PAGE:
Good to know when renting a motorbike in Bali
We strongly recommend that you find a rental place through your accommodation or with good reviews on the internet, if you do decide that Bali has to be experienced on a motorbike. Most hotels and hostels can get you a motorbike pretty much any time of the day or night.
Prices for renting a motorbike in Bali should not exceed 100.000 IDR / day, and generally, it should be possible to rent for 50.000 to 60.000 IDR / day. If you need to fill up the gas tank of your rented motorbike, it should cost approximately 20.000 IDR if you visit an authorized gas station. If you end up filling up from one of the local “gas stations” along the road, then it will probably be slightly more expensive.
A well-maintained motorbike with 2 riders should be able to go at least 80 kilometers on a full gas tank. There’s no doubt that a motorbike is the cheapest and most flexible way of getting around. Sadly, they aren’t exactly suited for carrying luggage.
Good to know when riding a motorbike in Bali
If it’s your first time on a motorbike or moped, then don’t go on your maiden voyage while in Seminyak. The traffic is hectic and very unorganized – especially for Western tourists. We recommend that you wait and rent a motorbike when you get to a smaller town instead (i.e., Ubud). That way you can take your time to get used to the bike while going up and down a small, quiet and preferably closed street.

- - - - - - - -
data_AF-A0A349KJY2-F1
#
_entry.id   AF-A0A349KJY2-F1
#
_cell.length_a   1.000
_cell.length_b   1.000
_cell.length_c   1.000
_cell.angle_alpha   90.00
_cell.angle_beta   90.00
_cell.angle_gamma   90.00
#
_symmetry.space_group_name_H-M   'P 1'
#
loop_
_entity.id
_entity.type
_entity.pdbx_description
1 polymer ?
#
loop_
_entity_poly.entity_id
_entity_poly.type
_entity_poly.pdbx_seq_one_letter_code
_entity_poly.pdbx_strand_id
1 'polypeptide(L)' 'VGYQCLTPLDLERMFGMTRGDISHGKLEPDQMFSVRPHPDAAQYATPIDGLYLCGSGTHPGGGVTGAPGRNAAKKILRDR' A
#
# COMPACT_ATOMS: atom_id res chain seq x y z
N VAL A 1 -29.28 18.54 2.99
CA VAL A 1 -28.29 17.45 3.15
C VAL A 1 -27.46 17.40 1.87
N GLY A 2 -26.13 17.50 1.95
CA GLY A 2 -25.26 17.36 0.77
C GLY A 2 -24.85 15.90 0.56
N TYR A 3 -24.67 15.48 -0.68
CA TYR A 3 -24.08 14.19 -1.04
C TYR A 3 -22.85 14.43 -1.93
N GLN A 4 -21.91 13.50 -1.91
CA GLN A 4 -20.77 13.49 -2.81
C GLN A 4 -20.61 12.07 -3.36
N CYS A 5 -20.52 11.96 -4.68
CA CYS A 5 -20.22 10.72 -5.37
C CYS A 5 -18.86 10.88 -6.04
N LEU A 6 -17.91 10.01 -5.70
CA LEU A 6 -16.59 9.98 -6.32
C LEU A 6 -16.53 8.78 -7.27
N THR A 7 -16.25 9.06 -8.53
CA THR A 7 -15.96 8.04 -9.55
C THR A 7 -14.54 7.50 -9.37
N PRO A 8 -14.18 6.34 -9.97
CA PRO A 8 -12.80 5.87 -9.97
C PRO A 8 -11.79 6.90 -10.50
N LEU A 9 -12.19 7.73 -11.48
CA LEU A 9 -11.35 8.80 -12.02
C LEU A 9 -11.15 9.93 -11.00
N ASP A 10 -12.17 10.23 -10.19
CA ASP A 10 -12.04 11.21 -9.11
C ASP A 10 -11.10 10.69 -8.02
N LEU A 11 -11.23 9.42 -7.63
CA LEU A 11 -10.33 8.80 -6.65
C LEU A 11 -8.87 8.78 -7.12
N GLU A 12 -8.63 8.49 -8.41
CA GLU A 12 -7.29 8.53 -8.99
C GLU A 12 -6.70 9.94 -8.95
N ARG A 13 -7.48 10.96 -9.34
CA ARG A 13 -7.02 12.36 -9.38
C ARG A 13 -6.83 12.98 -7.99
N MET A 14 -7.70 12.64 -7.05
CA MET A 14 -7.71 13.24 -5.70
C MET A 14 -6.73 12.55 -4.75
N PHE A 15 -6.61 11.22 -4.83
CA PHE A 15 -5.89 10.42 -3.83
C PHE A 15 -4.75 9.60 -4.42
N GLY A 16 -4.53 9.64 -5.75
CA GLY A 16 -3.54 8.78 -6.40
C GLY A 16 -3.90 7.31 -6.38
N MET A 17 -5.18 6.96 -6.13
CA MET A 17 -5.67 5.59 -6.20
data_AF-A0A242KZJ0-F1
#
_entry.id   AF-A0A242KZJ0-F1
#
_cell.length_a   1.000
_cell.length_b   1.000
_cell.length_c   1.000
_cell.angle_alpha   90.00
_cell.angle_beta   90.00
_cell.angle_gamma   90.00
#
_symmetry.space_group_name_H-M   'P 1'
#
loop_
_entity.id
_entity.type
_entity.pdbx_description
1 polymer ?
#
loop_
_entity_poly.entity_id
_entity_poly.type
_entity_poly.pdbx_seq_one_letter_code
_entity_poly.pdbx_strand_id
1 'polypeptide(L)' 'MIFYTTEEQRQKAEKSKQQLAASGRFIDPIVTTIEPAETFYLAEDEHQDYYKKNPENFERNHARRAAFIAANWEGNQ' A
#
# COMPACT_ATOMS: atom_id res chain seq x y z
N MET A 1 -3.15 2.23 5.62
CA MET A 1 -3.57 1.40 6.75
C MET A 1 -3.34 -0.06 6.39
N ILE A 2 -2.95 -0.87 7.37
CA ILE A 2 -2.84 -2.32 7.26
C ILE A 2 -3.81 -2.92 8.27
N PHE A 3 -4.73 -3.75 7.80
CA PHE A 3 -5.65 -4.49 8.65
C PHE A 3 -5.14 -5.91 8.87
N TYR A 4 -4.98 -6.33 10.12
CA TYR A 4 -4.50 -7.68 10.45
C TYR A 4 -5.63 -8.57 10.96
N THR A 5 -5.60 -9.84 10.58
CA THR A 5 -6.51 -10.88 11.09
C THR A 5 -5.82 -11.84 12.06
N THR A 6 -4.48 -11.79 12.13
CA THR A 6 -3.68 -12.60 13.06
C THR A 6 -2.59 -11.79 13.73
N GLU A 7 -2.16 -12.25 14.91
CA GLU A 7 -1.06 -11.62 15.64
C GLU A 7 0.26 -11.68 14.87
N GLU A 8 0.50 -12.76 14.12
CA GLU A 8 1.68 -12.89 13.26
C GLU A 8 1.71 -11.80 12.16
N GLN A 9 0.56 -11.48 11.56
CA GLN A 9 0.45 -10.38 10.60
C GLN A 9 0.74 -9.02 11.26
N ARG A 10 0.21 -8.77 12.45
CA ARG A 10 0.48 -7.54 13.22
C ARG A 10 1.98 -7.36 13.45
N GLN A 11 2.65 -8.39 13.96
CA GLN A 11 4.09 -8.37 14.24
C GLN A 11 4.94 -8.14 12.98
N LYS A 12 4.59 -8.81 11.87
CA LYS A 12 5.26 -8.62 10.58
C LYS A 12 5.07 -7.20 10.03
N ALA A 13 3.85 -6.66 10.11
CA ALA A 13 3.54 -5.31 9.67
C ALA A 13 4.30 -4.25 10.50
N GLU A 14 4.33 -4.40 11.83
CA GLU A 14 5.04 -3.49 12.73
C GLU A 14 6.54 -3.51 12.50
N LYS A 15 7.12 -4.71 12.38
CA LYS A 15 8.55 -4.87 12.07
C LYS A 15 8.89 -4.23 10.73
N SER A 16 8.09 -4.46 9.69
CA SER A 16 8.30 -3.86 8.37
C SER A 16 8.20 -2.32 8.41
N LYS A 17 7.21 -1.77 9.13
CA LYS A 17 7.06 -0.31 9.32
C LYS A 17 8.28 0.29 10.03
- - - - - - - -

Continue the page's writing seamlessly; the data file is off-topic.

Make sure that you get to know the motorbike. Start out by driving slowly with your feet close to the ground, and slowly pick your feet up until you feel confident. Keep driving up and down the street or the parking lot while braking, accelerating, turning etc. Do this as long as you still feel insecure on the motorbike. Then go on a small drive along some quiet streets – possibly in the evening, where the city is less busy.